Business News of 2014-05-10

'Regulate use of mercury among small-scale miners'

A civil society organisation has said that government must institute policies that will regulate and abolish the use of mercury by small-scale miners in the country.

The group, Artisanal & Small Mining Africa-Network (ASMAN), a non-governmental organisation focused on the development and promotion of responsible and Artisanal Small-Scale Gold Mining in the country's mining industry, said the use of mercury among small-scale miners may cause many operators in the industry to die from the long-term and bio-accumulated effects of being exposed to the mixture of gold and mercury.

Edward Kwasi Akuoko, Director of Research and Policy of the group, expressed fear during an interaction with the media after a two- day forum for Africa countries on reducing environmental health impacts of harmful pollutants in the Africa region. It was held in Accra with support from the World Bank.

Mr. Akuoko explained that the practice, which is most common among the larger populace of small-scale mining operators, is taking a gradual but serious toll on the lives of individual small-scale mining operators in the country.

He said studies by some scientists, researchers and medical doctors in the country and across the globe have revealed that most of the miners who complain of discoloured skin and itching, insomnia and hypertension have had some form of exposure to mercury over a long period of time.

Mercury exposure in ASGM communities is associated with adverse health effects including Kidney dysfunction, auto immune dysfunction, and neurological symptoms.

Urinary mercury Concentrations in ASGM communities are above the concentrations that have been associated with neurologic and kidney effects.

Fish, a major source of protein for many populations in ASGM areas, are contaminated with methyl mercury.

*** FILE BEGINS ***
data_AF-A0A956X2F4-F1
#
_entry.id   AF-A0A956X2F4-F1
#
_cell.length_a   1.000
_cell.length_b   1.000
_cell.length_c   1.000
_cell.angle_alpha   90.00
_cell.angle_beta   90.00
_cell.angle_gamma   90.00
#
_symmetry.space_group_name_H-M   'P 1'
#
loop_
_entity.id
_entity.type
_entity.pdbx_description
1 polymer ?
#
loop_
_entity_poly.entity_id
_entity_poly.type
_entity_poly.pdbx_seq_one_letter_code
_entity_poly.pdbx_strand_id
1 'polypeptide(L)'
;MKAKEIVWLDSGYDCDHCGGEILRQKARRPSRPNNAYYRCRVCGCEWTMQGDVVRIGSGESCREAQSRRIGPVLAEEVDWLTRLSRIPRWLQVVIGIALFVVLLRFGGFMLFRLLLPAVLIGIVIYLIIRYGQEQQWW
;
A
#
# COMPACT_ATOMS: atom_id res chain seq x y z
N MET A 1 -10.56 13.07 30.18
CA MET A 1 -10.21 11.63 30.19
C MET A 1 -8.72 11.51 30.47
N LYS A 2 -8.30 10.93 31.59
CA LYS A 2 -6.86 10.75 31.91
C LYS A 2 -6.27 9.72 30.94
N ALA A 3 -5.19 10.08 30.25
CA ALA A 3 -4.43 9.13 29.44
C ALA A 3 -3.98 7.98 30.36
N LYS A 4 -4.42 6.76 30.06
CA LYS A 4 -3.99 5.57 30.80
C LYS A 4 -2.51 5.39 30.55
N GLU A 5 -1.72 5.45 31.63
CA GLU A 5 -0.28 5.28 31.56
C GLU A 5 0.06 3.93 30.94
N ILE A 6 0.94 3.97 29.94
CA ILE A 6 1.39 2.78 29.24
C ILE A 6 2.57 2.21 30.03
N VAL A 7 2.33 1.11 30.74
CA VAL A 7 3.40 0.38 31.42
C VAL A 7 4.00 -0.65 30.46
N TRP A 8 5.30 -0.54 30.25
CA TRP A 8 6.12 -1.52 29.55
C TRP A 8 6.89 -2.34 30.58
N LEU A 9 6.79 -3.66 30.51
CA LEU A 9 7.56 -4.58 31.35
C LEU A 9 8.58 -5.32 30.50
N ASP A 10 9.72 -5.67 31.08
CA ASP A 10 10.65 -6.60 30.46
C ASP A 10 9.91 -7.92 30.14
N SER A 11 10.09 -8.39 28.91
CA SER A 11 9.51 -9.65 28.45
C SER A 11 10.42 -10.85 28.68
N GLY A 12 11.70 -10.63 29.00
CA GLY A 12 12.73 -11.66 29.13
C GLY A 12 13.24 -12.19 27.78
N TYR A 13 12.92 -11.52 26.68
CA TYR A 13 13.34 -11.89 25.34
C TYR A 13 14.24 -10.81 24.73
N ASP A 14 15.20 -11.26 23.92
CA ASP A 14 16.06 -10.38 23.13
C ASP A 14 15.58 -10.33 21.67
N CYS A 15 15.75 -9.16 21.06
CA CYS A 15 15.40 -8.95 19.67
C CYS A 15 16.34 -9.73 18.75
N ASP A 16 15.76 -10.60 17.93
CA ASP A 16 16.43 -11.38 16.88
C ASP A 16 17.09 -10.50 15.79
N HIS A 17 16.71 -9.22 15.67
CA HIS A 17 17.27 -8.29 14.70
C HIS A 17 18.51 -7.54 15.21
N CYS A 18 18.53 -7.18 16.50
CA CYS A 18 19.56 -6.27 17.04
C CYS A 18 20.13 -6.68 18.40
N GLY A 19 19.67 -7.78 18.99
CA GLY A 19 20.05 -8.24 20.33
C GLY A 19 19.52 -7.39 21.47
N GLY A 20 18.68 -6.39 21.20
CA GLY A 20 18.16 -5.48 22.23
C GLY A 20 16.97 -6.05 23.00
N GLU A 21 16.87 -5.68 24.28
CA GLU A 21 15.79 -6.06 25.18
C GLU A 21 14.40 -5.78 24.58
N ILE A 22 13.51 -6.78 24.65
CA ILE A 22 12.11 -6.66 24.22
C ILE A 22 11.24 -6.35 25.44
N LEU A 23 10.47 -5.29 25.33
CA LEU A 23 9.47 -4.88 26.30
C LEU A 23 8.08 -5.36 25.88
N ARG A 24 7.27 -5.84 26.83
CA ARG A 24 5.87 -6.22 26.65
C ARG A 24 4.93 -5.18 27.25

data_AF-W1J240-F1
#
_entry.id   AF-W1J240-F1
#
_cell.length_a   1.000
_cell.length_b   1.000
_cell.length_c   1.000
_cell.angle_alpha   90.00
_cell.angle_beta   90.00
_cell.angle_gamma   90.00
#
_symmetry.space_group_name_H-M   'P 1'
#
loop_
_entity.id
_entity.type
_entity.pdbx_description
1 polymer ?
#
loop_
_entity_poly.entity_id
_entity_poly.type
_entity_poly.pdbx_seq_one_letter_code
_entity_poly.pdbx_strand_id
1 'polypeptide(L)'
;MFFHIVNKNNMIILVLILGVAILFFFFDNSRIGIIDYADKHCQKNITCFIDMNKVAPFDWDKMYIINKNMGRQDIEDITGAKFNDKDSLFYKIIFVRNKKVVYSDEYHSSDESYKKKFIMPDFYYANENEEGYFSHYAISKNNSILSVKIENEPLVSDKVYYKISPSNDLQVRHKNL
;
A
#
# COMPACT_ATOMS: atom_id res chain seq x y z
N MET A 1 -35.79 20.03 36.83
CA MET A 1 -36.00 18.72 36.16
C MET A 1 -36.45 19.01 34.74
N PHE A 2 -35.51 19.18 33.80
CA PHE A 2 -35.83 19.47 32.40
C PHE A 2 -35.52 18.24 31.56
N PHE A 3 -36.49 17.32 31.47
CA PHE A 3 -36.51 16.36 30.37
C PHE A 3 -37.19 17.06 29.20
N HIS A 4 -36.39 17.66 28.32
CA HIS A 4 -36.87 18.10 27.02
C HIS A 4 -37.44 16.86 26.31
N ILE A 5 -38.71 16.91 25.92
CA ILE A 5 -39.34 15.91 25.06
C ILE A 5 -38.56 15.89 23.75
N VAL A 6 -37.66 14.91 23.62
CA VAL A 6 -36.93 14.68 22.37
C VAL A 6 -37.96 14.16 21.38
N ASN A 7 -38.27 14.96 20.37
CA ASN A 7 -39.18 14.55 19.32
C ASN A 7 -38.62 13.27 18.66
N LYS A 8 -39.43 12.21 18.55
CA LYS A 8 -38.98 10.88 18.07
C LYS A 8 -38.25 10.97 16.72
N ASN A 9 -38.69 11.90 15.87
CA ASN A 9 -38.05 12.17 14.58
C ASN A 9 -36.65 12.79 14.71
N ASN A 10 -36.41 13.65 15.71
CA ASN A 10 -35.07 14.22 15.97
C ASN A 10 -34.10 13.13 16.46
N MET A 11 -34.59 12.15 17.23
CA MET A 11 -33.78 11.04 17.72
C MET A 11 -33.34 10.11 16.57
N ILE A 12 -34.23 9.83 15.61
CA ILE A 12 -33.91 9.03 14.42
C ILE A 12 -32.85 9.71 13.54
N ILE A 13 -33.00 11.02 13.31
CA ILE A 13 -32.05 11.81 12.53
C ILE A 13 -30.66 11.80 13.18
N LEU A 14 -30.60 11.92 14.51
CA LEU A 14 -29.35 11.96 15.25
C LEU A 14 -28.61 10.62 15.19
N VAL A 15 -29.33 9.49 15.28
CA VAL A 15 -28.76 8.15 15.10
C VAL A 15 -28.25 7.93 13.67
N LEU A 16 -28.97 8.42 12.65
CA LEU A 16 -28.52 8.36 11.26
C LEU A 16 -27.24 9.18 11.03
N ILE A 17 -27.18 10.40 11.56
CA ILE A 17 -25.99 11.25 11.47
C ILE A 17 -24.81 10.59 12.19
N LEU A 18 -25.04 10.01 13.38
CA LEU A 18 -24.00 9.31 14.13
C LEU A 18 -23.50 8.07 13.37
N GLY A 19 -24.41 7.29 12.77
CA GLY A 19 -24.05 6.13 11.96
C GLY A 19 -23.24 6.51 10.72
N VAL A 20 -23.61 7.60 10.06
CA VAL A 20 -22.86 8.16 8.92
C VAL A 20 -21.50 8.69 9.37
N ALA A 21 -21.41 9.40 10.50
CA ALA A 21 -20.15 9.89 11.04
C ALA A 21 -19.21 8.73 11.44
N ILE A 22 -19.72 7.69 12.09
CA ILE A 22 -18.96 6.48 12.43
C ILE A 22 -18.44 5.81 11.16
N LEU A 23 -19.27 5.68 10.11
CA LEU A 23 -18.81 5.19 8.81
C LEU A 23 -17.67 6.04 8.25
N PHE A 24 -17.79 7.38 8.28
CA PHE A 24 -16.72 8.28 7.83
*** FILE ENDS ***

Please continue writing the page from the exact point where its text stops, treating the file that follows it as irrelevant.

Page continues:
"Although research has so far not revealed any instant reaction to mercury exposure, it is known to be a slow “killer” and therefore its use must be discouraged. The long-term effects on the operators, surrounding communities and the eco-system are very devastating and harmful.

"It’s disappointing that previous efforts at controlling the effects of mercury-use through use of the retort bottle by small-scale miners did not work. A new strategy needs to be adopted to safeguard the health of operators, communities and the ecosystem," he said.

He called on government and the regulatory agencies such as Environmental Protection Agency (EPA) and the Minerals Commission to, as a matter of urgency, put in place a programme to not only educate Small Scale Miners (SSM) on the dangers of using the product, but also assist, motivate and build the capacity to adopt and apply alternative mercury-free methods used in gold recovery -- such as the direct smelting and cyanide processing methods.

Mr. Akuoko commended the World Bank and the EPA for the platform to deliberate on how best to manage pollution of all forms in the respective countries.

He further called on the World Bank to support civil society groups to champion the vision of a mercury-free industrial and mining sector.

Source: B&FT
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